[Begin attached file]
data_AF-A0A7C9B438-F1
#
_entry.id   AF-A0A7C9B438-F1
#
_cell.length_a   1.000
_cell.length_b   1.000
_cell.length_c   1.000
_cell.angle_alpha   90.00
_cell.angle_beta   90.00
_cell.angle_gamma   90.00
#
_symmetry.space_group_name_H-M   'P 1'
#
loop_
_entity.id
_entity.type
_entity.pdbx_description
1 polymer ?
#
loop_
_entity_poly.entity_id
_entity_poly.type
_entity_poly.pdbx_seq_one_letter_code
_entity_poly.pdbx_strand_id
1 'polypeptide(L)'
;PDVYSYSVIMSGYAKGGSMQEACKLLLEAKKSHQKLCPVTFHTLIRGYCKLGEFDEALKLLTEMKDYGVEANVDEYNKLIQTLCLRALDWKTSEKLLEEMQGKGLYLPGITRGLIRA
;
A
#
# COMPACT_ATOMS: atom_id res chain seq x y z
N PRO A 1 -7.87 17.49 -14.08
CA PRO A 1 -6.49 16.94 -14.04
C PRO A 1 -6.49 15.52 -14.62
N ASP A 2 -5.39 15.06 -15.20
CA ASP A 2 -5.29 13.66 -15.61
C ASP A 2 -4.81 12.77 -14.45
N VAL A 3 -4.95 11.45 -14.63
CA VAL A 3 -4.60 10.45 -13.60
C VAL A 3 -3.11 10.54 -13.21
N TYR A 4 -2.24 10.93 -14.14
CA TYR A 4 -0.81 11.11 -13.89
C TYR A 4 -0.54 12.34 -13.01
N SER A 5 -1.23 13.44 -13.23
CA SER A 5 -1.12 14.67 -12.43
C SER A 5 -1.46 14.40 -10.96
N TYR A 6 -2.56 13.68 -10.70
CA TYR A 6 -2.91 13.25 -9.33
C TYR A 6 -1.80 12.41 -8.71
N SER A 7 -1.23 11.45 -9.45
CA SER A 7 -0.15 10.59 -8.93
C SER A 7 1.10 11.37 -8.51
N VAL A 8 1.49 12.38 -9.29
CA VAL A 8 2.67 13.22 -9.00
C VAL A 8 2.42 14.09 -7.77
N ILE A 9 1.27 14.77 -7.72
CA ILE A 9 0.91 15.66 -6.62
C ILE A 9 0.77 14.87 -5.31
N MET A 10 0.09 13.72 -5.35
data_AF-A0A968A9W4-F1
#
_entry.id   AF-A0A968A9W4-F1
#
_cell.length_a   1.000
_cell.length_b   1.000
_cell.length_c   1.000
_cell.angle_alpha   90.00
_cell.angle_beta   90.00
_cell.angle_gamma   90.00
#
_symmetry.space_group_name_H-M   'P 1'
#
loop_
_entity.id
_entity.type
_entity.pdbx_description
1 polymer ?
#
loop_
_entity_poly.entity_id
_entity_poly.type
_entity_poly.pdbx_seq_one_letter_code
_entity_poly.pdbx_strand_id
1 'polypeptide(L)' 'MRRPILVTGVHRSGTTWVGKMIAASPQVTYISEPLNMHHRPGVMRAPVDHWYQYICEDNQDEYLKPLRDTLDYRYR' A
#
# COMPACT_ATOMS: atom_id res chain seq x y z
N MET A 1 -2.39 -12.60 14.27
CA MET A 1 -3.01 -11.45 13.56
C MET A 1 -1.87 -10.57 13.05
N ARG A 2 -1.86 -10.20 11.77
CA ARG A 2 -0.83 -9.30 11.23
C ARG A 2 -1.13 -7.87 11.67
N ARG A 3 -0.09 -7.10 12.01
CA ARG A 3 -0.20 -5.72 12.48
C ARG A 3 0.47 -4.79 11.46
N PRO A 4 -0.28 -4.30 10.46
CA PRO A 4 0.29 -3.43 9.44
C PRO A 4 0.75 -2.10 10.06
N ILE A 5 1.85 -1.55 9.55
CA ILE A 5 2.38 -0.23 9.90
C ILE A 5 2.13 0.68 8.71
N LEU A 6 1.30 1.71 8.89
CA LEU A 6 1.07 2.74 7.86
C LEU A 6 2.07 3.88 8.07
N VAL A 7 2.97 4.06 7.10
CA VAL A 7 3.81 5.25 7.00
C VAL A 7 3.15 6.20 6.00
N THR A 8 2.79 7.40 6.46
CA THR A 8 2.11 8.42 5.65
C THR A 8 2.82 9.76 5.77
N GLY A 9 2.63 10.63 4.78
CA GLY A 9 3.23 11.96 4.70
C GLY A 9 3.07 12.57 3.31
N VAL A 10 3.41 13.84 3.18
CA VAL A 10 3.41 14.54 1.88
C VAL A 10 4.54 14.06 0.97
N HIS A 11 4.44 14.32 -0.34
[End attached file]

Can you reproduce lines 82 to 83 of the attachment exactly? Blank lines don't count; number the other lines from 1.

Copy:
_entity_poly.pdbx_strand_id
1 'polypeptide(L)' 'MRRPILVTGVHRSGTTWVGKMIAASPQVTYISEPLNMHHRPGVMRAPVDHWYQYICEDNQDEYLKPLRDTLDYRYR' A